“and in him all things hold together.”
- “in him” can have either an instrumental meaning, as in “by him,” or a locative meaning.
- “Instrumental” in the sense that all things owe their continued existence to Christ Jesus.
- “Locative” in the sense of cosmic unity. After all, he is bigger than the universe, is he not?
- Notice the progression of thought in this passage so far. Not only is Christ the Creator, he is also the one who sustains all of creation. He keeps it going. Theologians in past centuries thought of this sustaining work as if every moment was a recurring act of creation. Ponder that for a few moments. This entire universe could and would cease to exist if Jesus stopped sustaining it. One moment, the universe. The next moment, nothing exists except God. Not that it will happen, but it could.
- And here’s a further thought to ponder: was Jesus doing this sustaining work even while he lived on earth?
“And he is the head of the body, the church.”
- Paul now transitions from creation to the church.
- “head” refers to Christ’s authority over the church. Christ is supreme over all creation, and he is supreme over the church.
- “church” refers to the universal church, or all believers in Christ in all the world throughout all time, but surely it also applies to every local church. Christ is the authoritative head of every true local church.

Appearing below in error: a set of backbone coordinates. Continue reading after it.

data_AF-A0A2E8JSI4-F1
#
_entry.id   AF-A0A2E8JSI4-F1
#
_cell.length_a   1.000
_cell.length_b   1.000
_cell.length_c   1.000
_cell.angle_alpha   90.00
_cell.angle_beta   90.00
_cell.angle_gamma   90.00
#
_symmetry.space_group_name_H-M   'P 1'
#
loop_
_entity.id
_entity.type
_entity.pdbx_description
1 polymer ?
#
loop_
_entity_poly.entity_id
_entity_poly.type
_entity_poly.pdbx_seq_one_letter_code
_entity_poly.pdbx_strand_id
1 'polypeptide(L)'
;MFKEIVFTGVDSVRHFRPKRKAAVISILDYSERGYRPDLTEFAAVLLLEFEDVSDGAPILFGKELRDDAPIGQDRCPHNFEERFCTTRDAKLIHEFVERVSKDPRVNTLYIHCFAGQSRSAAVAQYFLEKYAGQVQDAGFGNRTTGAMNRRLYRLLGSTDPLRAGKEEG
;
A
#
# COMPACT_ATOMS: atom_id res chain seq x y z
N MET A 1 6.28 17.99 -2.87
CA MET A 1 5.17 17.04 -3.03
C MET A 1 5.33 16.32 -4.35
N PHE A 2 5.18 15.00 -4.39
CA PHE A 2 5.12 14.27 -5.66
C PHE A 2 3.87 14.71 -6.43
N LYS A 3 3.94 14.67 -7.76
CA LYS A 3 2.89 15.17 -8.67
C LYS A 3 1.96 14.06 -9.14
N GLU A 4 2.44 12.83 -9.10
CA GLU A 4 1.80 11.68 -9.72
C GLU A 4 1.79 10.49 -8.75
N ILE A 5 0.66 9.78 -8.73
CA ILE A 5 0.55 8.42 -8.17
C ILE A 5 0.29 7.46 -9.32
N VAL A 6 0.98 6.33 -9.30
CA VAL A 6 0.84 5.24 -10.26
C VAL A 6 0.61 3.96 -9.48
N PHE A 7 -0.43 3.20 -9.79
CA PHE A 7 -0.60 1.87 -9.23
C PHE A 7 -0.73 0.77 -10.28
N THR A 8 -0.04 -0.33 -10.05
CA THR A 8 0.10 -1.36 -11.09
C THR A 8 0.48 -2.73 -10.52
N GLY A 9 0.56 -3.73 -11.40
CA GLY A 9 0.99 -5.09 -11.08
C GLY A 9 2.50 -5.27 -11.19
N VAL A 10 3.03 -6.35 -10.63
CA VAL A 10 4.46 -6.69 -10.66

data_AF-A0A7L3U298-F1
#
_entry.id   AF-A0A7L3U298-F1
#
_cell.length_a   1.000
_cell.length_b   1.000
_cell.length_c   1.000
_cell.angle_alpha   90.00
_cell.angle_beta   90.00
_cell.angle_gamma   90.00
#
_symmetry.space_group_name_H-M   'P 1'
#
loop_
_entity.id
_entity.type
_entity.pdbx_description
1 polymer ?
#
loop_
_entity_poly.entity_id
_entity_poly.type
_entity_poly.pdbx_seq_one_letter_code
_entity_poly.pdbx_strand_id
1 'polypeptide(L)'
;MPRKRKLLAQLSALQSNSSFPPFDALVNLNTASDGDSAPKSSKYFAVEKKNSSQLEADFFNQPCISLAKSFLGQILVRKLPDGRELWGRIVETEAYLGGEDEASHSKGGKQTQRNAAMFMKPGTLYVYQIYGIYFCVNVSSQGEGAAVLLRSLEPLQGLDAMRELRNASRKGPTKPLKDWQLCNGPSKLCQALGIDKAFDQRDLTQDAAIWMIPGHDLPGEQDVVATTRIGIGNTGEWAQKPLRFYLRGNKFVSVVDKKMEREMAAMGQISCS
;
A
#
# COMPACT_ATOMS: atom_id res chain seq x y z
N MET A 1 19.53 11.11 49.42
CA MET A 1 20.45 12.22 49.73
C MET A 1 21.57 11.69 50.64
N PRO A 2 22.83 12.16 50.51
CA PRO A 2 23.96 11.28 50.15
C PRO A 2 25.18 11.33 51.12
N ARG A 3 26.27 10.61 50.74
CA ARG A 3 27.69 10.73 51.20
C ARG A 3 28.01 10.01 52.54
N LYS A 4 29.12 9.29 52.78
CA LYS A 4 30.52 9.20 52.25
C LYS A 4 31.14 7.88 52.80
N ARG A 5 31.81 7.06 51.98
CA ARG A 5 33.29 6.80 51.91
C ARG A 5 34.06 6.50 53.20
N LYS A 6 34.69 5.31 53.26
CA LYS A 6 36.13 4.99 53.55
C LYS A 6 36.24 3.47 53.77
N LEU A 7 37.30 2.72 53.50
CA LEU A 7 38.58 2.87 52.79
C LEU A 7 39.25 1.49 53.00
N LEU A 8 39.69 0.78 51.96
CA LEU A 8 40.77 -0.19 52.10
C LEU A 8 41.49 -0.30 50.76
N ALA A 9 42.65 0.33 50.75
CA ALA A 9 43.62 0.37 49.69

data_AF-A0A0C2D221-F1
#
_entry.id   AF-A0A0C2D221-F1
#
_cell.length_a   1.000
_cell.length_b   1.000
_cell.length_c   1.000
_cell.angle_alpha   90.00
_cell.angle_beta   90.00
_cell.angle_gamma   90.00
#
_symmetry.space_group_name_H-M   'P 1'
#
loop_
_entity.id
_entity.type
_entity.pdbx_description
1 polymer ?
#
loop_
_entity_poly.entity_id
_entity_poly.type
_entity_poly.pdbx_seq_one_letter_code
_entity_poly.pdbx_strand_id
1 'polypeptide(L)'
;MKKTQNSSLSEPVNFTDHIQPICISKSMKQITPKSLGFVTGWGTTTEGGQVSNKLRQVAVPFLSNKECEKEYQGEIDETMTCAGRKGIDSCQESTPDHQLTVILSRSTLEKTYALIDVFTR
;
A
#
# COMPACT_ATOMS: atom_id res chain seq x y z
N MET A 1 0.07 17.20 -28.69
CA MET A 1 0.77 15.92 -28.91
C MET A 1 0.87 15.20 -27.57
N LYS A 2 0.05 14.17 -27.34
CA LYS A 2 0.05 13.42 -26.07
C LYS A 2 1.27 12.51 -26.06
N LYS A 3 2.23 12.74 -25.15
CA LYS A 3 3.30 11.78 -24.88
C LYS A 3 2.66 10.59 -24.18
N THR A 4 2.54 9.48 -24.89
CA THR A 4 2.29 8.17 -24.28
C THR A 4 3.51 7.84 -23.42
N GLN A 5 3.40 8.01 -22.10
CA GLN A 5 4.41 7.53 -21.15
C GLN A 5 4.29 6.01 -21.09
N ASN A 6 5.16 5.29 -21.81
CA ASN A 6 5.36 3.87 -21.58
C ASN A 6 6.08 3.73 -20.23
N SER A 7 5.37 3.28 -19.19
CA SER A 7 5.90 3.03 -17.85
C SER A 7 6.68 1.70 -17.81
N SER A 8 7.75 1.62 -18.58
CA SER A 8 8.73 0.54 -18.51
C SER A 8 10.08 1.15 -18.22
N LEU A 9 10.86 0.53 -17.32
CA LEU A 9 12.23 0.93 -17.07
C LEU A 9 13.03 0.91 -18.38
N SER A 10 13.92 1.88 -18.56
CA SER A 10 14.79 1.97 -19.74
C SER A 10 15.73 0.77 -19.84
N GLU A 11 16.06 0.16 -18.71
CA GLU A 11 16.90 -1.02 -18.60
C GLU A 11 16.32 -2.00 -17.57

- David Pao had a significant application of this idea: If the authoritative head of the church is also supreme over all creation, then the church has a crucial role in God’s plan of redemption. Reconciliation with God (salvation) is found in the gospel message that the church proclaims, and the church is the context through which God’s redemptive act is fulfilled. That gives new meaning and significance to what we do as a local church, does it not?
“He is the beginning, the firstborn from the dead, that in everything he might be preeminent.”
- In verses 15-16 Christ is identified as “the firstborn of all creation.” Here in verses 18b-20 Christ is identified as “the firstborn from the dead,” meaning the new creation.